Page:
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Trip Report Princess Preferred: A Review of the Caribbean Princess

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From the Norman Love truffle pops at the Welcome Toast to the restaurant-like beverage service in the buffet, Princess is filled with surprises that make it my favorite among the mass market cruise lines.

It won’t blow you away with bumper cars or carousels, but what it does deliver is consistently solid service, attention to detail and an eagerness to please.

The recent trip on the Caribbean Princess, our fourth on the line, proved to be as good as the first. With many of the lines noticeably scaling back, Princess is an exception. Here’s some of what made it special:

Ship shape. Princess’ mini-suite is ideal for those who want more space but not at a suite price. It’s essentially the size of a hotel room with two flat screen TVs, a full-sized couch, large counter, and porch furniture featuring reclining chairs, foot stools and a large table. The closets in the mini-suites—as well as the balcony rooms—are the largest we’ve had on any cruise line, and can accommodate three hanging shoe bags, along with a whole lot of clothes.

The staterooms—as well as the public rooms—were immaculate. You’d really have to look hard to find any evidence that the ship was built 11 years ago.

The piazza, the hub of ship activity, this trip featured a pianist, a we-can-play-just-about-anything band and singer, steel drums and a former circus performer who twirled lighted hoops in a blaze of color and grace.

The only downside to the handsome piazza is that it can’t always accommodate everyone who wants to be there. Getting a good enough view to take photos of the Mardi Gras party or a seat to eat your International Café quiche can sometimes be all but impossible.

Food; themed and otherwise. Speaking of food, it ranged from fair to good, in both the Main Dining Room and Horizon Court buffet. One innovation in the MDR was Caribbean cuisine, a welcome reminder of where we were. And it was nice to see lobster tail still on the formal night menu.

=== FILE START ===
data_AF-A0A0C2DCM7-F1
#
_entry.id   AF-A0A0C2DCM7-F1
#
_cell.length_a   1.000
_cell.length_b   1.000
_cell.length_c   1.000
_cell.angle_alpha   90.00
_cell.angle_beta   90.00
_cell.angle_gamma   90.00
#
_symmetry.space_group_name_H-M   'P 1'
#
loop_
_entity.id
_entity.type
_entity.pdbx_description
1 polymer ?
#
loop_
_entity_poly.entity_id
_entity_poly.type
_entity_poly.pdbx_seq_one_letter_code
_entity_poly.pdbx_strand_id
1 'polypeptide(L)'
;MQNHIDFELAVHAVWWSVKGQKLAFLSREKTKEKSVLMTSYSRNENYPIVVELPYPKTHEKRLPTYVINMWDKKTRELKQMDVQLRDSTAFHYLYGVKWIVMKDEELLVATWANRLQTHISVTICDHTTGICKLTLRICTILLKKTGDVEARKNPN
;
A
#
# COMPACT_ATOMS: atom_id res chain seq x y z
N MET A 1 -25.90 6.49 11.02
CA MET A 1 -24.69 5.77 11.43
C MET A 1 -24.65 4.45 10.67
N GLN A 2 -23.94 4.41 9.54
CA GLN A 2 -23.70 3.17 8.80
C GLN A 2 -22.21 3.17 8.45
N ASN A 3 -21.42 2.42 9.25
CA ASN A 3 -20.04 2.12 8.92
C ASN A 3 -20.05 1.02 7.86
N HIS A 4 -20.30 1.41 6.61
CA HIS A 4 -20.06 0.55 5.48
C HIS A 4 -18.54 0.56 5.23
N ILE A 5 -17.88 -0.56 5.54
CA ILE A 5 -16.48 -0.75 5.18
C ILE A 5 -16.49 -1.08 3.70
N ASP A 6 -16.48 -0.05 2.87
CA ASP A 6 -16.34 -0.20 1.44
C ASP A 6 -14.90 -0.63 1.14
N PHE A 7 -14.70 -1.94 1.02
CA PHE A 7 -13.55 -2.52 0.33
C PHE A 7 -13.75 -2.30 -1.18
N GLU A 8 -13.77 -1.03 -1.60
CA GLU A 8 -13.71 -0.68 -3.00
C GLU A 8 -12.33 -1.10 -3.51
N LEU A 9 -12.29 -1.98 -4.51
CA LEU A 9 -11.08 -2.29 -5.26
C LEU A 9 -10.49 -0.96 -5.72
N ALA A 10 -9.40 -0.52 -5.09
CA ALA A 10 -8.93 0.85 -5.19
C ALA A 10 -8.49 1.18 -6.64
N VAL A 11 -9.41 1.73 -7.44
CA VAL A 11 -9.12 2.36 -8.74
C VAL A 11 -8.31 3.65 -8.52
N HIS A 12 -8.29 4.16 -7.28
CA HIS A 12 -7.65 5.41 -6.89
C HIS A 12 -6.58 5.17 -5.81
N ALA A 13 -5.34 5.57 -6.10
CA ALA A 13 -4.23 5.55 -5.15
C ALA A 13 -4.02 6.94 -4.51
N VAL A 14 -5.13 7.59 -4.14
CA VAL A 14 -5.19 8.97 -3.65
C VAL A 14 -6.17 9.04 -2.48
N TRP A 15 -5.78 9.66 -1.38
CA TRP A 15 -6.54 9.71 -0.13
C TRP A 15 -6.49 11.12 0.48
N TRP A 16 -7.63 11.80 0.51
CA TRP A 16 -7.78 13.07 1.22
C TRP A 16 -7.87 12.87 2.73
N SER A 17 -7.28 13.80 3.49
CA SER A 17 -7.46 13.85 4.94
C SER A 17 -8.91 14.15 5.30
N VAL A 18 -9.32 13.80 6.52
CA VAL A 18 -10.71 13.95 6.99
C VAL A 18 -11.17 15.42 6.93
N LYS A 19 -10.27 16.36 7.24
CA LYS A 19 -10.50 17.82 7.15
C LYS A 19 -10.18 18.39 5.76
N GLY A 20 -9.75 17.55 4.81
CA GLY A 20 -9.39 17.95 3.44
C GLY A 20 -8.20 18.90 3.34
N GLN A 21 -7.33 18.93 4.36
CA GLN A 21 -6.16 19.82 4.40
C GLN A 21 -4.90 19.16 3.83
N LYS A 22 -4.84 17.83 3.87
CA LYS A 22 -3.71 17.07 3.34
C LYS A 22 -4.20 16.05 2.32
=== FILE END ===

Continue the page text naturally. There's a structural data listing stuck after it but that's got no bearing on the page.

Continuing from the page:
Horizon Court themed nights were a lot of fun and we found ourselves there more than the MDR. German night was alight with a color-changing, larger-than-life beer stein (in ice, not on ice), landjagger bites and German hams, pretzel rolls, red cabbage, sausages, and linzer and sacher tortes. Italian night, with its gondolier-costumed waiters, served up prosciutto and hunks of parmesan, fennel au gratin and pasta many ways.

The bakery stuff is where Princess really excels. The breads are great—from the sunflower-studded rolls to the cheese-topped croissants to the onion-infused focaccia. The chocolate desserts were excellent, rivaling some of the best bakeries on land.

The ship was as generous with its buffet hours as it was with the food offerings. You can get breakfast until 11:30, lunch until 3:30 (if you miss this, there’s “afternoon snack” from 3:30-5:30, which is a scaled down lunch), and full dinner is available until 11. Late dining was an especially mellow meal, just us, a few other night owls and the crew.

Fun and games. While standard fare, the entertainment was generally good; highlights were a juggler/comedian whose not-G-rated shtick brought on belly laughs, and a magician/comedian with same-but-different sleight-of-hand tricks and fast wit.

In fact, everyone seemed to be a comedian on this trip—including the cruise director, Paul Chandler-Burns. The Brit’s quips shot out like sparks—in an understated, under-the-breath sort of way—and made him the ideal emcee. His banter during the “The Marriage Match Game Show” made it easily one of the best we’ve seen on any ship.

There were several themed parties, the most memorable was the “Love Boat Disco Deck Party” held by the pool. The ship’s singers and dancers, dressed officer-like in white pants suits and captain hats, did the hustle and other moves, while the Movie Under the Stars screen revived scenes from the TV show, interspersing its octogenarian cast members somewhat disconcertedly jiving to a disco beat.

Well served. Service onboard was attentive from the room steward to the well-orchestrated disembarkation. Ironically, some of the best service we had was in the buffet. One night, I was asked by three different waiters within 10 minutes if I wanted any water or coffee.

With the generous room space, great service, varied entertainment with plenty of laughs, satisfying food sprinkled with surprises, and four good Western Caribbean ports (seven days of sun didn’t hurt either), we felt gloriously pampered from ship to shore. And felt that Princess did its best—and succeeded—in helping us “come back new.” - musingaboutcruising.blogspot.com.

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